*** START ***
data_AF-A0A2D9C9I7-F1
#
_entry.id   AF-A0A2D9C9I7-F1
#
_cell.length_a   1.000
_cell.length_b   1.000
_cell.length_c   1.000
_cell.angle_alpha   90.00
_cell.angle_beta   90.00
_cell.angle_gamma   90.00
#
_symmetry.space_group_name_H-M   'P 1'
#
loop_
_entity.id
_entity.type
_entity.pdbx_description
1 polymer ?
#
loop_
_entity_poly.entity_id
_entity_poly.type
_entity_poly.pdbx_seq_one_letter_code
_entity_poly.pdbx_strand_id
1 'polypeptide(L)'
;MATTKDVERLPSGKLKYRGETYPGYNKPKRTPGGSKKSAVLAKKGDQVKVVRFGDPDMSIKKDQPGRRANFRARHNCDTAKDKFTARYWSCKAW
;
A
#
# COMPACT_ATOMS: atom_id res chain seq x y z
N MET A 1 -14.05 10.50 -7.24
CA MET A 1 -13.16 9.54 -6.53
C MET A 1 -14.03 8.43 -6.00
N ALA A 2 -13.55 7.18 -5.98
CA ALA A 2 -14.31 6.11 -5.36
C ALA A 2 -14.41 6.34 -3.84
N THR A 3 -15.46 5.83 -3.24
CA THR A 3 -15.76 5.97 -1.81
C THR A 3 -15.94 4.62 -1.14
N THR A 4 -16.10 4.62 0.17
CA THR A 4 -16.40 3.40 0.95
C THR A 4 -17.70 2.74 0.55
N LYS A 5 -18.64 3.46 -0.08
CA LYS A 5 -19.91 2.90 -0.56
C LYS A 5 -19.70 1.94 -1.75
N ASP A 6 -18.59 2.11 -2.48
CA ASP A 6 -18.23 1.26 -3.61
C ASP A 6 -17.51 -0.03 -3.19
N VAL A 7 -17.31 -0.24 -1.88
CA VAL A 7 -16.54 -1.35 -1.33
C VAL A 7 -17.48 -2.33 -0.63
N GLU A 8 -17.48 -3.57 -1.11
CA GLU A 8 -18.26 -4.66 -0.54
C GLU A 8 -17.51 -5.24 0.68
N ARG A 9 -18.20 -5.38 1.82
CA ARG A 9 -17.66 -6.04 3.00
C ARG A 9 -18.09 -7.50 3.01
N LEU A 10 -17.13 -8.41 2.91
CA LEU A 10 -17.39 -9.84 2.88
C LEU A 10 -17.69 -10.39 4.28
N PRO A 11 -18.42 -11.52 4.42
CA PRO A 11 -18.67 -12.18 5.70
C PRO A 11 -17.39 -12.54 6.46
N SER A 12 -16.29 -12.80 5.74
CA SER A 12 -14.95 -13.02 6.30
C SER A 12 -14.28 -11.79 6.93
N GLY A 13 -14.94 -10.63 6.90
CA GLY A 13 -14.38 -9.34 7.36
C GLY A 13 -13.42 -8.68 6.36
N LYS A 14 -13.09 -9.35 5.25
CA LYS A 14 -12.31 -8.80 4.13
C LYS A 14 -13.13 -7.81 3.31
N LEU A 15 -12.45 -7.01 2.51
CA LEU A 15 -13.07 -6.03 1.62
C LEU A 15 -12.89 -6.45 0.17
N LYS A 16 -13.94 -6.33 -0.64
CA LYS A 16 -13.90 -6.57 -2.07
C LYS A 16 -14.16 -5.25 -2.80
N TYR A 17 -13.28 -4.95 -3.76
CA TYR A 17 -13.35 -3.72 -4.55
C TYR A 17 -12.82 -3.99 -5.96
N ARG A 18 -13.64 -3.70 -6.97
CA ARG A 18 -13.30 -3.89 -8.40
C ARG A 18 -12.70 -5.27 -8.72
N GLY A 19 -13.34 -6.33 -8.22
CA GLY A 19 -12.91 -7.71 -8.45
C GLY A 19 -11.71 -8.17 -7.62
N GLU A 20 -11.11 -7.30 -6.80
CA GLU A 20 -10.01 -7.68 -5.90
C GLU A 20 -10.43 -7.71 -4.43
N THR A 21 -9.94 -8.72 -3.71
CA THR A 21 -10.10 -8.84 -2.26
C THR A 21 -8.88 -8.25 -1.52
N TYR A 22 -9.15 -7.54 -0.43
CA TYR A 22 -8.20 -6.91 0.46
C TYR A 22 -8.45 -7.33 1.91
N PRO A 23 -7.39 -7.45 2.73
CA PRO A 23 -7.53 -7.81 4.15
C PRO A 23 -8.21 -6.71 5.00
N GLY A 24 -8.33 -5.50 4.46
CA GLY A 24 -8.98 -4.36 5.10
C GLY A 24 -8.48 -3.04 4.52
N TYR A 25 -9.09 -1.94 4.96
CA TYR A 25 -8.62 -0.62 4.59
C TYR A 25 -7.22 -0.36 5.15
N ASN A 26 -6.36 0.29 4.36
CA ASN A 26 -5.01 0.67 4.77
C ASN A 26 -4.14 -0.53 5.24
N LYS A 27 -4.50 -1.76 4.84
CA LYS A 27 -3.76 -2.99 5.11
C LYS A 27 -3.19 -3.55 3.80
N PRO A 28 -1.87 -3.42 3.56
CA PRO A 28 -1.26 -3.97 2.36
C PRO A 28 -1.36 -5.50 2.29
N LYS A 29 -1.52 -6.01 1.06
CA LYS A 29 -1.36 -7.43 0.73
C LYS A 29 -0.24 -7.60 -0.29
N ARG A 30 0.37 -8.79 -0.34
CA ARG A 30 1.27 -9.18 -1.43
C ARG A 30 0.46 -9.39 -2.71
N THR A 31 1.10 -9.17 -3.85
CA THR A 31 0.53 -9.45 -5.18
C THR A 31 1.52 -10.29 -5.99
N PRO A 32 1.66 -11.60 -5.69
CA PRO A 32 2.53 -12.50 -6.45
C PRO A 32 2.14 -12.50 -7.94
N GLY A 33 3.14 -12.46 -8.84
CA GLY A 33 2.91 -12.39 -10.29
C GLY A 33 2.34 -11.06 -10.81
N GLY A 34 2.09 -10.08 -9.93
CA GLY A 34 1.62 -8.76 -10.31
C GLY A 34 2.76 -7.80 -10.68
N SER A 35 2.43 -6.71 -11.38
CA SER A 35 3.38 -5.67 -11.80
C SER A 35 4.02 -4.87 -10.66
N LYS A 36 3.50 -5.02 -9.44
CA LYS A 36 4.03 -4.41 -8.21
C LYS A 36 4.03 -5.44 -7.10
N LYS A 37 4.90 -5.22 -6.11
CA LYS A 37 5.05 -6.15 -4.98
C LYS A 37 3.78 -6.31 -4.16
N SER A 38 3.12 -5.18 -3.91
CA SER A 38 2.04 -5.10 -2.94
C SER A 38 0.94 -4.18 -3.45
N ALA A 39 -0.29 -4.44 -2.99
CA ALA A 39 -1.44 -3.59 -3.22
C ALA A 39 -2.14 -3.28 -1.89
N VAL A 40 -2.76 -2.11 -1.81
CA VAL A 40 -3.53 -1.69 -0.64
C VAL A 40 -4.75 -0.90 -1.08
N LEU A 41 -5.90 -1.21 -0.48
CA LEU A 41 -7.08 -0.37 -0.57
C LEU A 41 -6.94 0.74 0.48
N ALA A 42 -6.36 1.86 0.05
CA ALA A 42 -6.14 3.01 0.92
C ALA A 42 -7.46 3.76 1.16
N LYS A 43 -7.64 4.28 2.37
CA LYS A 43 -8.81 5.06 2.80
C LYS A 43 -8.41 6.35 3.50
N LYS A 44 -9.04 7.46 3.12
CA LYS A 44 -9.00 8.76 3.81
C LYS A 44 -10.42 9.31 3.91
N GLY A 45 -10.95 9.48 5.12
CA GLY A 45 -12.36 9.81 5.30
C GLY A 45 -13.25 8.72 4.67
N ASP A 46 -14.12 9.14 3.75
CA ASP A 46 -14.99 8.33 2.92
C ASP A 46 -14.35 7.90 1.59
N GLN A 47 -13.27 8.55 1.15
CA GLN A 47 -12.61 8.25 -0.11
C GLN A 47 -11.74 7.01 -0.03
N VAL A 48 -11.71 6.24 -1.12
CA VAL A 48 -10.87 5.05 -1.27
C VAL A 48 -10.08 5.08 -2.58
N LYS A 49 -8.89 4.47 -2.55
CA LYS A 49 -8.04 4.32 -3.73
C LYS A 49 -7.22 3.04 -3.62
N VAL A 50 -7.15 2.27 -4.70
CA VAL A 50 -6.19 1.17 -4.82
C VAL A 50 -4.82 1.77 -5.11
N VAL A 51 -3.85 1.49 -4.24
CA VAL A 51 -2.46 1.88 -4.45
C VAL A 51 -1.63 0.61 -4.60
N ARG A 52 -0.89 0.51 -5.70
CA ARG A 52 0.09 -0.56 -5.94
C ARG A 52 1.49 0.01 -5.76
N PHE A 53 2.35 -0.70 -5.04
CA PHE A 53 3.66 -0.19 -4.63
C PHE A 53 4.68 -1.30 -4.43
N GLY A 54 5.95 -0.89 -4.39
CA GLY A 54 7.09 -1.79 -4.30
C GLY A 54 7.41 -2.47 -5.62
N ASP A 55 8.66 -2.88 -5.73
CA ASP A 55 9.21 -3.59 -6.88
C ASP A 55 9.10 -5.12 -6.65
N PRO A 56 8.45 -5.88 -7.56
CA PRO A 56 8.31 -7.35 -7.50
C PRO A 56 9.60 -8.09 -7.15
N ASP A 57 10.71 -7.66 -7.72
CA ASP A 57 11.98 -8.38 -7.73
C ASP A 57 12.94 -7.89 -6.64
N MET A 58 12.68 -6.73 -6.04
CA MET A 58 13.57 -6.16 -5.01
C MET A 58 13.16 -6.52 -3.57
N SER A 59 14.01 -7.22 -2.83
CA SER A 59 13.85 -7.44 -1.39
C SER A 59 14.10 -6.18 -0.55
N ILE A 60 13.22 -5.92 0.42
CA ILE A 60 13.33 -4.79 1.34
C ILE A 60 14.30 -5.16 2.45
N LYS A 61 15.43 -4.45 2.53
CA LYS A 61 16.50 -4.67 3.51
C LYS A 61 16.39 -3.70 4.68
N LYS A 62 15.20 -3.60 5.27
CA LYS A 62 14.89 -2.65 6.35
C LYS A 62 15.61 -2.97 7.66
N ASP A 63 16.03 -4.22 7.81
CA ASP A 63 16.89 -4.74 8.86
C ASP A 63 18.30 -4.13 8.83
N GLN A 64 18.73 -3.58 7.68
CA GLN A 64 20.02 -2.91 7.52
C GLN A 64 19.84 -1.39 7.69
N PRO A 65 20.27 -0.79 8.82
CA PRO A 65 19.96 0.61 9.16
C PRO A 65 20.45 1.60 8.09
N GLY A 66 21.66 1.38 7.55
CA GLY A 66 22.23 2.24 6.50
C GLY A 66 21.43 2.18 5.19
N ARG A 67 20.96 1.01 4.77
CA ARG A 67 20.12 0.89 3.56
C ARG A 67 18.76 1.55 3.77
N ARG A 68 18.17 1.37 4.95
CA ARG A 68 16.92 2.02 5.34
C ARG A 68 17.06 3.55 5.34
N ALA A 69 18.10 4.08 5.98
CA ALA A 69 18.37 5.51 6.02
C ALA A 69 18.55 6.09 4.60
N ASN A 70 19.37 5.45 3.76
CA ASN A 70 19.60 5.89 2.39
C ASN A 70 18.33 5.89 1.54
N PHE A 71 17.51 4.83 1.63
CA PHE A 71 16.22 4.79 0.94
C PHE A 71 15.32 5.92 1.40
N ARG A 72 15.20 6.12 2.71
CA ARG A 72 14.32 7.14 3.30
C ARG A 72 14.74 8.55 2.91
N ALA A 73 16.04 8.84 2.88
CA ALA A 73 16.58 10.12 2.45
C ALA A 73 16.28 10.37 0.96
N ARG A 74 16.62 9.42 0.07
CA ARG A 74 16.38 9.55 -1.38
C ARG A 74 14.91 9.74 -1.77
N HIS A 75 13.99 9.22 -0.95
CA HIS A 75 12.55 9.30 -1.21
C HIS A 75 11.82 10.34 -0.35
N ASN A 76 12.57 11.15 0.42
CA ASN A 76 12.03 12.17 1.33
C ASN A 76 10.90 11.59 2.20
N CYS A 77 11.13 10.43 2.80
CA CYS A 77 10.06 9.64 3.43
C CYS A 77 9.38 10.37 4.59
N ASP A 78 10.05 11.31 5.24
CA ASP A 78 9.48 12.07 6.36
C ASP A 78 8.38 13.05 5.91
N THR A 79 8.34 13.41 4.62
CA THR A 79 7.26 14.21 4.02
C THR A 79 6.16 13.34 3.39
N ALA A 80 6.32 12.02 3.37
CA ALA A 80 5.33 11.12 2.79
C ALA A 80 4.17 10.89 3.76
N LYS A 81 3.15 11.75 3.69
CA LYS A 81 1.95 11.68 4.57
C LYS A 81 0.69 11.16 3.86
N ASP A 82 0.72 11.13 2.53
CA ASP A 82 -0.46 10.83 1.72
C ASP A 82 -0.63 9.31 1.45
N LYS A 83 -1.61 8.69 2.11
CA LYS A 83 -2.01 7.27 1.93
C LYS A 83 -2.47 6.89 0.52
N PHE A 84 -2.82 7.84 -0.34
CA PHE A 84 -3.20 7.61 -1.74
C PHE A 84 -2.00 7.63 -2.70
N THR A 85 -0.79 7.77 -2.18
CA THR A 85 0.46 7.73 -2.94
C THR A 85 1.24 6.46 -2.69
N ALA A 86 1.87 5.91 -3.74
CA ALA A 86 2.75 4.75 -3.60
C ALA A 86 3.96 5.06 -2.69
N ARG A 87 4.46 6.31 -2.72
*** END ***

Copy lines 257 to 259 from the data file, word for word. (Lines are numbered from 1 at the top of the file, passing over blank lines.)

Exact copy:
CA ASN A 76 12.03 12.17 1.33
C ASN A 76 10.90 11.59 2.20
N CYS A 77 11.13 10.43 2.80